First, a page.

This Day in White Sox History: Aparicio and Baines debut

This Day in White Sox History: Aparicio and Baines debut
Future White Sox Hall of Famer Luis Aparicio in 1960. (

April 17, 1906 - The World Championship season began in Detroit with the Sox beating the Tigers 5-3. Frank Owen, who’d win 22 games that year, picked up the victory. Just three days short of six months later, the Sox would close out the Cubs winning the only all Chicago World Series four games to two.

April 17, 1951 - The “Golden Age” of White Sox baseball was born as on opening day the Sox destroyed the St. Louis Browns 17-3. New manager Paul Richards emphasized pitching, defense and speed and for the next 17 seasons under two more managers the Sox would do it well enough to have 17 consecutive winning seasons, the fourth longest streak in MLB history.

April 17, 1956 - In front of newly elected Mayor Richard J. Daley, rookie Luis Aparicio collected his first major league hit. It came off the Indians Bob Lemon and helped set up the winning run in the Sox 2-1 opening day victory. Aparicio would be named Rookie of the Year and after an 18 year career would be inducted into the Hall of Fame in 1984. Lemon would become the Sox manager in 1977.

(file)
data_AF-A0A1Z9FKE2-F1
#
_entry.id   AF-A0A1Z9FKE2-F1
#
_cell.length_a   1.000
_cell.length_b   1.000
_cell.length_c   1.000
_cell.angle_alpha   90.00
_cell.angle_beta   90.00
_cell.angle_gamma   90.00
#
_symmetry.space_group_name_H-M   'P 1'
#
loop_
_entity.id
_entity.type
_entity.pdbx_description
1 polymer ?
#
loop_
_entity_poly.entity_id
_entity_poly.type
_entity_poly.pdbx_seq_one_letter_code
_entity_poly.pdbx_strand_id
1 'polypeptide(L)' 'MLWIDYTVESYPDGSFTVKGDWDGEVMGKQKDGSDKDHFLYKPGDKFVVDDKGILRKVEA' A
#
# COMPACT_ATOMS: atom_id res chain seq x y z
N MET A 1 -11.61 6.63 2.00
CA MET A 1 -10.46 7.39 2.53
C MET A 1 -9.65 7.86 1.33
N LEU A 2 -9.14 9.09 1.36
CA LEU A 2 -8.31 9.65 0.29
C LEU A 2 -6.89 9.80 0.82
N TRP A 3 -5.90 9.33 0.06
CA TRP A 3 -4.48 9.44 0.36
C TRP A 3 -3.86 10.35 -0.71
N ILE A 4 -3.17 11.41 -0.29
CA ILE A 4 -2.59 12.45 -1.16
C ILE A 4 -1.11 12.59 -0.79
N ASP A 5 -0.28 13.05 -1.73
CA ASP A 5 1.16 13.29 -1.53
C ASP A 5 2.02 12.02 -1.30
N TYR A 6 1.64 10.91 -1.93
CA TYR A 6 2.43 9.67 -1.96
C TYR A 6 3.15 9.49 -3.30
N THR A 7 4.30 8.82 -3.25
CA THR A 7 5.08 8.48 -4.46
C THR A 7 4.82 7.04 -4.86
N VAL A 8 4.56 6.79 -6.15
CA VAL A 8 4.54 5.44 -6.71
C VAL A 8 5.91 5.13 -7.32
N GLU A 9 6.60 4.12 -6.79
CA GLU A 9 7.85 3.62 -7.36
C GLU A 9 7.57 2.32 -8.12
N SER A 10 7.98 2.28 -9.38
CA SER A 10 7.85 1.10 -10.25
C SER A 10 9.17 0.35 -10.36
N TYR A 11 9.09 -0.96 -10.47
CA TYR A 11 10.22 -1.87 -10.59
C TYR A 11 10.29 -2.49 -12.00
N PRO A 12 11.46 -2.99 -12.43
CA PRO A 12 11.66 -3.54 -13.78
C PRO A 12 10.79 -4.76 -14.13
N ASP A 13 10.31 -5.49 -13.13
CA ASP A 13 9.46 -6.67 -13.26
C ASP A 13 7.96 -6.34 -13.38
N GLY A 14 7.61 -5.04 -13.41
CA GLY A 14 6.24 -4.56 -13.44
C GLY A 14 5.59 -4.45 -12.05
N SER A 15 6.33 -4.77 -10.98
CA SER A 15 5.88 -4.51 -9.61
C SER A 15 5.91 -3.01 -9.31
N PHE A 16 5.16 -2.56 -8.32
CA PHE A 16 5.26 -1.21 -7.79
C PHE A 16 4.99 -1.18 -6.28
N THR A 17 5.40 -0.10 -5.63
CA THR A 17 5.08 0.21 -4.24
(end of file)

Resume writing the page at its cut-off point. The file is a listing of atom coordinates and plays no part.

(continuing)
April 17, 1980 - Future Sox star Harold Baines collected his first major league hit. It came off Yankee pitcher Mike Griffin in New York.Baines would have an outstanding career with 2,866 hits. His number #3 was first retired by the team in 1989 when he was traded to Texas.

April 17, 1990 - On a cold miserable night in Chicago, Ron Kittle would connect for a roof top home run off Boston’s Rob Murphy. It was Kittle’s seventh roof top shot, the most by any player in the history of the original Comiskey Park. It was also the last roof top home run in the park’s history. The Sox would win the game 2-1. When I had the chance to speak with Ron he told me about hitting roof top home runs and that cold night in particular. 

"Somebody told me that to reach the roof you had to hit a ball at least 550 feet, I don’t know if that’s true or not. I recently got a tape from the White Sox which has all of my rooftop home runs on it. When you hit a ball that good you actually don’t feel it. I had a slight uppercut to my swing and if I made contact in just the right way the ball would go a long way. The hardest ball I ever hit was that roof top home run against the Red Sox . All I remember is how cold it was that night, I must have been wearing two or three sweatshirts under my uniform. It was cold and rainy and when I hit the pitch I couldn’t believe it went that far."

Want to read up on the White Sox farm system and stars of tomorrow? Check out Future Sox.

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